4 Min Read
* Vorlop named to head products and advice
* Nadreau running business strategy
* Wells' brokerage subsidiary promises brokers technology improvements
By Jed Horowitz
NEW YORK, March 19 (Reuters) - Mary Mack, the new retail brokerage boss at Wells Fargo Advisors, has elevated Bob Vorlop to head of products and advice for the firm's more than 11,000 brokers as she fills out her management team.
The position is a new one, created when Mack in February split in half the financial services group that creates tools and products for the brokers. At the time, she named Joe Nadreau, 43, to run innovation and business strategy and said the products role would be filled soon.
Mack, who became president of the Wells Fargo & Co broker-dealer subsidiary in January following the retirement of long-time brokerage head Danny Ludeman, also plans to name an executive to head a new Mobile and Online Group, a spokeswoman said.
Mack previously ran the combined unit at Wells Advisors, which is the third-largest brokerage firm in the United States, as measured by number of financial advisers.
Vorlop, 56, oversees brokers' sale of loans and other banking products, an area of growing importance as bank-owned brokers such as Wells, Bank of America Merrill Lynch and UBS Wealth Management Americas attempt to sell products of their parent companies in addition to investment products. His group also oversees investment services and recruiting of brokers and branch managers.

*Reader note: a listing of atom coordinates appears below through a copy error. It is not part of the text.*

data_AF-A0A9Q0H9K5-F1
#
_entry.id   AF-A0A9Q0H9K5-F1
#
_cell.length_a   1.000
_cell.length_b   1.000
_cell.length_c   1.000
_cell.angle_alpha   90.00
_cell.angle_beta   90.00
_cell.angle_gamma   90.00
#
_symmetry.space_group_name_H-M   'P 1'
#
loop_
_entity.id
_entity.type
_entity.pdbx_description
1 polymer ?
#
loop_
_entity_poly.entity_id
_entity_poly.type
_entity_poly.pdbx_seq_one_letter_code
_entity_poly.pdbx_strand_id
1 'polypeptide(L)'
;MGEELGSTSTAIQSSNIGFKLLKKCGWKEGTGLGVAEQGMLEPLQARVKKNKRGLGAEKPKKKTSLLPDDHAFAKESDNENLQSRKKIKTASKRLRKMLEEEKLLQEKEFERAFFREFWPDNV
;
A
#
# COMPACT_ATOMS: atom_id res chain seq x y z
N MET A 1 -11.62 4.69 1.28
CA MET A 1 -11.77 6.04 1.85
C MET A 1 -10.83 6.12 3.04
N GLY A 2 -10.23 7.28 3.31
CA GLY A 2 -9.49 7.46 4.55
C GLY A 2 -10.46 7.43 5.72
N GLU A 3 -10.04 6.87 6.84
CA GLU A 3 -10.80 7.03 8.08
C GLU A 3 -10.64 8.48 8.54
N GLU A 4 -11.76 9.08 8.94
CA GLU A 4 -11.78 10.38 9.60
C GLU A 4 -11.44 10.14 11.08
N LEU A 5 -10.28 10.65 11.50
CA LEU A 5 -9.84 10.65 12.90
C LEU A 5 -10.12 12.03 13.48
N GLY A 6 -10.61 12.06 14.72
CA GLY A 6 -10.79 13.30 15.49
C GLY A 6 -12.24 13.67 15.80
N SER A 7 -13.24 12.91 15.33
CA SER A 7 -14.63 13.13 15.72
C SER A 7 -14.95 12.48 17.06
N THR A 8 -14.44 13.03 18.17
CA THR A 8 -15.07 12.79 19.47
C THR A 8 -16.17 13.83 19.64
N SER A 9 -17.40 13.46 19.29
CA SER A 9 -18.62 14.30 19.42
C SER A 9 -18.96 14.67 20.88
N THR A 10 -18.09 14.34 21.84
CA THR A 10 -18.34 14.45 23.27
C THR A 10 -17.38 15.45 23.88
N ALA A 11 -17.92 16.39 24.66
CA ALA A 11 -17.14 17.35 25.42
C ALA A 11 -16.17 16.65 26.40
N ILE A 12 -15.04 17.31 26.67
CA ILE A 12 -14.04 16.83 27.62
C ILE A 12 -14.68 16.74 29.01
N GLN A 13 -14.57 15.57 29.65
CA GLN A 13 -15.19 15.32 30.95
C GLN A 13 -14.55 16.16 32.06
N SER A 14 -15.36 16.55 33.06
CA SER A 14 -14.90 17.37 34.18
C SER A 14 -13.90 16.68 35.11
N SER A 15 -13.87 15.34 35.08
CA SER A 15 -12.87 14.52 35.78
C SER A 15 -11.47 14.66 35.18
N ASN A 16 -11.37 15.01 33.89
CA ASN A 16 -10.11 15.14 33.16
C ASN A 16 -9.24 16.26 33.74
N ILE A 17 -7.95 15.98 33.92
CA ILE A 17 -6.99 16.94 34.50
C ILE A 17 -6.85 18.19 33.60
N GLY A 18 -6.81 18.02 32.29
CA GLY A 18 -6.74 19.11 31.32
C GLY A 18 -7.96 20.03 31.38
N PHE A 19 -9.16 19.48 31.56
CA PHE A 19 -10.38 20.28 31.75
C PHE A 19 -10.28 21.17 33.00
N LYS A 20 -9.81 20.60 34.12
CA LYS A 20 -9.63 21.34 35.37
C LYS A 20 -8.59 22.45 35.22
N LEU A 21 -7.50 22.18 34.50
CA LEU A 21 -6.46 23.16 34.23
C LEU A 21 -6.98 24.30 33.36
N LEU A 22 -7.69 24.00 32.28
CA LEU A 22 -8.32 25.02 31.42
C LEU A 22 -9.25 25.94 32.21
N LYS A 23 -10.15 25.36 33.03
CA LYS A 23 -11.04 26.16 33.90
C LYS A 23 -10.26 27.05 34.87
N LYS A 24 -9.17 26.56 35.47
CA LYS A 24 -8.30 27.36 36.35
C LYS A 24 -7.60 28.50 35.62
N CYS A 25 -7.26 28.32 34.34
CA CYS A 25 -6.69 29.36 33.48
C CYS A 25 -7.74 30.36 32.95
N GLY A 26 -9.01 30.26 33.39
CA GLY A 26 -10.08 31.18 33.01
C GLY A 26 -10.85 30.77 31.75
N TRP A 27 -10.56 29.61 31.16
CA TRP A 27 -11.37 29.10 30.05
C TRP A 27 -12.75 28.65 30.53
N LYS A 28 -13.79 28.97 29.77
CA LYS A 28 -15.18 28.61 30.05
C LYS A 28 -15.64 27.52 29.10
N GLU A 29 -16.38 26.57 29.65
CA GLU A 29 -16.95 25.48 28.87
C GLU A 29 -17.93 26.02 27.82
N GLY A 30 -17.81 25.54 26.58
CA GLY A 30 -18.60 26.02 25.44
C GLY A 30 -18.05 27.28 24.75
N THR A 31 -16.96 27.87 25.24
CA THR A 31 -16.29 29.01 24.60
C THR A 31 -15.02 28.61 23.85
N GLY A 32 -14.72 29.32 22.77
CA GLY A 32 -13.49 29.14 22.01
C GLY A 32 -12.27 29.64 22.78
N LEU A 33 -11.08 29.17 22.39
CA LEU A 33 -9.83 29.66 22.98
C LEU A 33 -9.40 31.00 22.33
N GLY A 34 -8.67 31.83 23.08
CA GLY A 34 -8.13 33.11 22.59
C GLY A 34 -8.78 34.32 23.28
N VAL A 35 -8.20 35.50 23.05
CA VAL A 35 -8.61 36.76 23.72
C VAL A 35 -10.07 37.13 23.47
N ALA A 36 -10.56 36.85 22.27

Vorlop, who has been with Wells Fargo and predecessor brokerage firms such as Wachovia Securities for 30 years, had most recently run investment and advisory products.
Nadreau's innovation and business strategy group creates and manages processes and platforms that brokers use. Nadreau and Vorlop also have joined the broker-dealer's executive committee.
Like its competitors, Wells Fargo has been pouring money into new technology to make its products and services more accessible to clients and brokers. Wells' brokerage group has grown through a series of acquisitions that left it with numerous systems and workstations that did not always communicate effectively.
In an internal email to brokers last month, David Kowach, president of the branch-based private client group, said he has heard their complaints about poor technology and inefficient services and is addressing them. Improvements range from new scanners in all branches that he promised will eliminate "the frustration and inefficiency" of using faxes for service request for things like issuing checks and moving money to an upgrade of brokers' computer workstations to allow them to simultaneously see accounts of multiple clients.
Wells next quarter will roll out an iPad application that will let advisers access relevant client information remotely for in-person visits.
Kowach also promised that in late 2014 or early 2015, Wells will roll out a "360 Degree View of the Client" that allows brokers to see in a single location what clients own across all their accounts, all relevant information about their goals and other crucial information.
"Today our client information is all over the place - and that's been a big point of frustration that I've heard from you," Kowach wrote in the memo seen by Reuters. "Through the years, we've essentially quilted together a lot of different systems." (Reporting by Jed Horowitz; Editing by Leslie Adler)